management.

Goldwhite applauded Mark's analysis and reminded us that we are dealing with

a Board of Trustees that is perhaps not at the forefront of modern management

theory, an attitude reinforced by two Chancellors who seem to have this view.

The collective bargaining committee decisions do not come to the Board for ratification.

Goldwhite said that we have a real educational problem with individual trustees

and with the Board of Trustees in trying to persuade them what our job is really

like and what merit means in a context where 1/3 of students do not have a lot

of basic skills. In terms of the value we add, we are all very meritorious,

and it's a message that we try to push forward, but without a lot of success.

Goldwhite added that we are trying to get the Board to come to campuses more

often. Phillips suggested that the Board of Trustees invite in someone who has

some management credibility to come and talk about these perspectives.

Yu-Charn Chen raised a number of questions about the deployment of resources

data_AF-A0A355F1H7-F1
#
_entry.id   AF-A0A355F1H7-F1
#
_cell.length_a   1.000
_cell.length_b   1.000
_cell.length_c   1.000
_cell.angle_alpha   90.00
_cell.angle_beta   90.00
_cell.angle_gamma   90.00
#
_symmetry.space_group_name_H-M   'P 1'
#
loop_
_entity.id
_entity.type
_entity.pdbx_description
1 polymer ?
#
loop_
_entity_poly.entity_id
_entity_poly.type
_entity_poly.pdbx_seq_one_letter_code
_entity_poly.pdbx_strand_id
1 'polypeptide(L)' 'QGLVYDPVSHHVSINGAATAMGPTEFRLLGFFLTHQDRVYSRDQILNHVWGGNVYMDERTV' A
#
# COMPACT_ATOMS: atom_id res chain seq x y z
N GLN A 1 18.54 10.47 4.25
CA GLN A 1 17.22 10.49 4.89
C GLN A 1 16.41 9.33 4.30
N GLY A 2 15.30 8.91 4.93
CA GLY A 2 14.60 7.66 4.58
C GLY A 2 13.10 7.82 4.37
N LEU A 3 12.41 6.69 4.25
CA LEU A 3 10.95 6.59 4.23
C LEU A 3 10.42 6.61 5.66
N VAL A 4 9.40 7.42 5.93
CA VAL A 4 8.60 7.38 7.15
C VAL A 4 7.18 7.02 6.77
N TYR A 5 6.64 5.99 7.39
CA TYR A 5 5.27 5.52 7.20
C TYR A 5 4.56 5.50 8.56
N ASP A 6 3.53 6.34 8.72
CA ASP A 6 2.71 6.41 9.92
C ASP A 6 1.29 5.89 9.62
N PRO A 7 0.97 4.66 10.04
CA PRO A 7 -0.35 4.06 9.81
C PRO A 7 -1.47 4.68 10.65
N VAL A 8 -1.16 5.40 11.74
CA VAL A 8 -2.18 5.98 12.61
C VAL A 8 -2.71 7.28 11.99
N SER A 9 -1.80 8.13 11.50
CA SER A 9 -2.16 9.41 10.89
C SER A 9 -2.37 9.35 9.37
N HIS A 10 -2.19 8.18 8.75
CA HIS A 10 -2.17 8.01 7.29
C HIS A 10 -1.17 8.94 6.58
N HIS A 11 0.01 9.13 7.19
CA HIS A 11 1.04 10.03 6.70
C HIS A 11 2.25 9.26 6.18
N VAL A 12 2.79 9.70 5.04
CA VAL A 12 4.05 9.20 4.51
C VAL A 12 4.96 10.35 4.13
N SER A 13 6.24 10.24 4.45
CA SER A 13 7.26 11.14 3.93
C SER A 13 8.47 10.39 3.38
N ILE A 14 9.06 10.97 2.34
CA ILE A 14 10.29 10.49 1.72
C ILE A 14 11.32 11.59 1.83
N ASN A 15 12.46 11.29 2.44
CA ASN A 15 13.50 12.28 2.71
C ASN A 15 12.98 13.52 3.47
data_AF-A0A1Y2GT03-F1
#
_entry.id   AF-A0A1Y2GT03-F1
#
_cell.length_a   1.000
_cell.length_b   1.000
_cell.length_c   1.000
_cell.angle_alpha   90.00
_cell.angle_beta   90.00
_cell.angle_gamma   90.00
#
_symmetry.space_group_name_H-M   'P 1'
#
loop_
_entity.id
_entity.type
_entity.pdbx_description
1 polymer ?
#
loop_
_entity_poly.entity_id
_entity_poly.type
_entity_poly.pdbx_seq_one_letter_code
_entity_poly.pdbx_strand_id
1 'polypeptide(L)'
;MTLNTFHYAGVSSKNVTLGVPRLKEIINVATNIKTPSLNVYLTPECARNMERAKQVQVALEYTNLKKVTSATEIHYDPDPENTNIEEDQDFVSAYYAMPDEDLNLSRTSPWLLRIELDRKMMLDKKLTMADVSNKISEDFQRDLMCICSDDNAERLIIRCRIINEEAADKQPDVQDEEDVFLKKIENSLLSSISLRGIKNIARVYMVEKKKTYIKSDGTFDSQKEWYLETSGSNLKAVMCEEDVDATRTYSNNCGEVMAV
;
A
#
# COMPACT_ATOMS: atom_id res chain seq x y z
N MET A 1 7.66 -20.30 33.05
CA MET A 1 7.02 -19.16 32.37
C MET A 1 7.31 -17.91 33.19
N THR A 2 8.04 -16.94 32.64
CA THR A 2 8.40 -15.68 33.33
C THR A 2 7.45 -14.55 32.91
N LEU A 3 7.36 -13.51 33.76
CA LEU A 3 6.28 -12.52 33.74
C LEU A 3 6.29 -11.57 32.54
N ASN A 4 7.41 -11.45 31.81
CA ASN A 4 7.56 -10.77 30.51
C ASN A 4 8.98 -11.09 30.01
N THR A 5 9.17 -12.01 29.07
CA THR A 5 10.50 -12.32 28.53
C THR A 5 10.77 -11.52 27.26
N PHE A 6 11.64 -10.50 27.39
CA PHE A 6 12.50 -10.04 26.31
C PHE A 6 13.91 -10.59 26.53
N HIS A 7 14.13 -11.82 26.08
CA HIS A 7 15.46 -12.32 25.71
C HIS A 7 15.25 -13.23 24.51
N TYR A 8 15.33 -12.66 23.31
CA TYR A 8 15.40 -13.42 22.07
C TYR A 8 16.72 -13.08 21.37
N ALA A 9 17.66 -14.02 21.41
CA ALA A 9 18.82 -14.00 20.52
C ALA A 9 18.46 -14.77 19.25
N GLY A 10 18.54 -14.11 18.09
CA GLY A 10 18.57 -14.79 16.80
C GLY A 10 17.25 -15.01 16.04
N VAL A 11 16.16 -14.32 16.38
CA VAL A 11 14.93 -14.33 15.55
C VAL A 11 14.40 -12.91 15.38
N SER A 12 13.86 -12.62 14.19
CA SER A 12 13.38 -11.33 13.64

for teacher education, in particular the problem of science and math teachers

who do not have the proper background.

Dinielli underscored the importance of attracting people to the teaching profession

and echoed the concern about teachers teaching out of field. Goldwhite added

that the first thing that we can do is to tell our students that teaching is

an honorable profession, and the Secretary of Education says that he is looking

to the states to make teaching a first class profession. The CSU has an obligation

and responsibility to continue its work in teacher training. Phillips added

that we also act as models; we also know that teachers who drop out after 8-9

years do so primarily because of quality of work life.

Eloise McQuown, Library, commented that we have a golden opportunity

to appoint trustees that are sympathetic to our views.

In closing, Goldwhite reminded us that our efforts really count. Dinielli commented

that we are very well served by our Campus Senate Chair and our Statewide representatives.

Phillips presented them both with mementos of their visit.

The Senate was adjourned at 4:00 p.m.

Respectfully submitted,

Dane Johnson

Secretary to the Faculty